1script - 6:21 pm on May 13, 2010 (gmt 0)
WARNING: This post is very long
Just wanted to share some good news here - one of my (many) sites hit on March 15th is seeing a nice 20% up-tick in Google referrals since yesterday. Googlebot's activity has also increased 10 times.
This is a far cry from full recovery (lost 90% of G* traffic in March) but the first upward movement in almost 2 months.
Basically, what I'm seeing is a return of the same keywords to approximately the same positions (although they now tend to fluctuate a lot, as many pointed out here). Just as if the data about the pages was lost for two months, then some of it found.
I have also done some analysis of my G* referrals before March 15 crash and after. What I was specifically looking for is whether the type of the keywords that continued working after March 15 differs in any way from those during "normal" times. Meaning, has the traffic become more "long tail" or less. In this study I sided with those people that measure the "length" of the "tail" not in the number of words but in the number of searches for those keywords. This is because some of my best performing KWs would be ridiculously long tail if you measure in words - 5 to 7, and that was the case both before the crash and after.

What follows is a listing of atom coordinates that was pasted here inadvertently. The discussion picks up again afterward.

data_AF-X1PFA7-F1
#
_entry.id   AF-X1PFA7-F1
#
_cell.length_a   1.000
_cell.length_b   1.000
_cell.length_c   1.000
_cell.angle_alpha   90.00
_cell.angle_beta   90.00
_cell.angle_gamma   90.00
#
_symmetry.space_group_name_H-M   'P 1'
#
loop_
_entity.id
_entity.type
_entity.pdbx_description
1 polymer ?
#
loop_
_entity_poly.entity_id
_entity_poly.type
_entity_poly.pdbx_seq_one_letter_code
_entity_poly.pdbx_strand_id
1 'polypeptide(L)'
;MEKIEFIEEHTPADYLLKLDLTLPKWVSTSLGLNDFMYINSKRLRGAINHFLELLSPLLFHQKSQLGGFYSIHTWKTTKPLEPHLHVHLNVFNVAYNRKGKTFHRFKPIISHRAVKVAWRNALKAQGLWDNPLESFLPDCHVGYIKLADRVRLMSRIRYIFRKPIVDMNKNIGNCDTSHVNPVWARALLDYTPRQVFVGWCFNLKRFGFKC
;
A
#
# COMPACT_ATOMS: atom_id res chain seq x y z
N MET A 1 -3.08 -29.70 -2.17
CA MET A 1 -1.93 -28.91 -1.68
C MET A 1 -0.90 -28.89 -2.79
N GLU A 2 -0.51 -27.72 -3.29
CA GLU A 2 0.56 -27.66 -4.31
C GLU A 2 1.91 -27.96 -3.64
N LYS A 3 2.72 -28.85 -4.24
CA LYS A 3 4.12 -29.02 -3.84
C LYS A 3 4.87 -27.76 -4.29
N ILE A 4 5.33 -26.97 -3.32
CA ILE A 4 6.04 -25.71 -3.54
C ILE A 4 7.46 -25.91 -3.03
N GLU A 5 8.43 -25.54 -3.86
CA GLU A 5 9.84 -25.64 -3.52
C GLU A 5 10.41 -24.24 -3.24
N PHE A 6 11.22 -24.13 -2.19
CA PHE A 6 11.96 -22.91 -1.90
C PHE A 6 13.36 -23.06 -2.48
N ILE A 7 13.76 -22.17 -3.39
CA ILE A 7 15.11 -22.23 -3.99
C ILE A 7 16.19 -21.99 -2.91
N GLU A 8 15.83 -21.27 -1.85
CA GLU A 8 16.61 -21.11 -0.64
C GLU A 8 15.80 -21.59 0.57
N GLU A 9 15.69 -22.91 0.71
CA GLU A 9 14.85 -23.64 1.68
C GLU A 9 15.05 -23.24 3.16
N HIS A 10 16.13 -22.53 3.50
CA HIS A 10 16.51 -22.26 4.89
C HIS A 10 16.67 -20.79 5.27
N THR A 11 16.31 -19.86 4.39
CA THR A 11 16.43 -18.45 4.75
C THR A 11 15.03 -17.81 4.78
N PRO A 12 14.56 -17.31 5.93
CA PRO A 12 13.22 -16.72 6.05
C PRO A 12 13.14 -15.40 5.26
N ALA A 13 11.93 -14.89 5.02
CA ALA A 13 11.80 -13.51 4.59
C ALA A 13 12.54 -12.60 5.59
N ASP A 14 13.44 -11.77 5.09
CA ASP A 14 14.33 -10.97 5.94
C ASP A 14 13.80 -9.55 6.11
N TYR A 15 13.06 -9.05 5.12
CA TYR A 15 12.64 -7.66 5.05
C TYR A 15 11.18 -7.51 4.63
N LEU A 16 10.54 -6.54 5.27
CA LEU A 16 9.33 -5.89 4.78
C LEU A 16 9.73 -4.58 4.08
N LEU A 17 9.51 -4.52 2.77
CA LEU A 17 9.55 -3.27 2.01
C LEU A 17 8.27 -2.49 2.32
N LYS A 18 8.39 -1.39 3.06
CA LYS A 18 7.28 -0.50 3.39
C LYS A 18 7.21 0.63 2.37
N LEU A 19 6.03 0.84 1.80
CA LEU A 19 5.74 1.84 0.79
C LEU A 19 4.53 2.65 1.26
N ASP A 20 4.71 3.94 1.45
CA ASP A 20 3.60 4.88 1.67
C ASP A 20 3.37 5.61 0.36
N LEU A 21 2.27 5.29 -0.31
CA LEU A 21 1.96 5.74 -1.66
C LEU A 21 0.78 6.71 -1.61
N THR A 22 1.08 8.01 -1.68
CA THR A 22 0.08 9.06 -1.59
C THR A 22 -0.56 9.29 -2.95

So, I took the total number of keywords I received G* traffic on and came up with percentages for the keywords that only occurred once (produced referral once) in a month, then 1-5, 5-10, 10-50, 50-100 and more than 100. For all intents and purposes those above 100 are the "shortest tail" or "trophy" and 1 - the "longest tail".
In addition, I looked at two sites - one that has been affected and the other one that has not.
I'm going to have to spare you a lot of details (that I don't feel comfortable sharing in the open anyways) but, after a couple days of grepping, awking and sedding the end result was the exact opposite of the hypothesis I started the study with: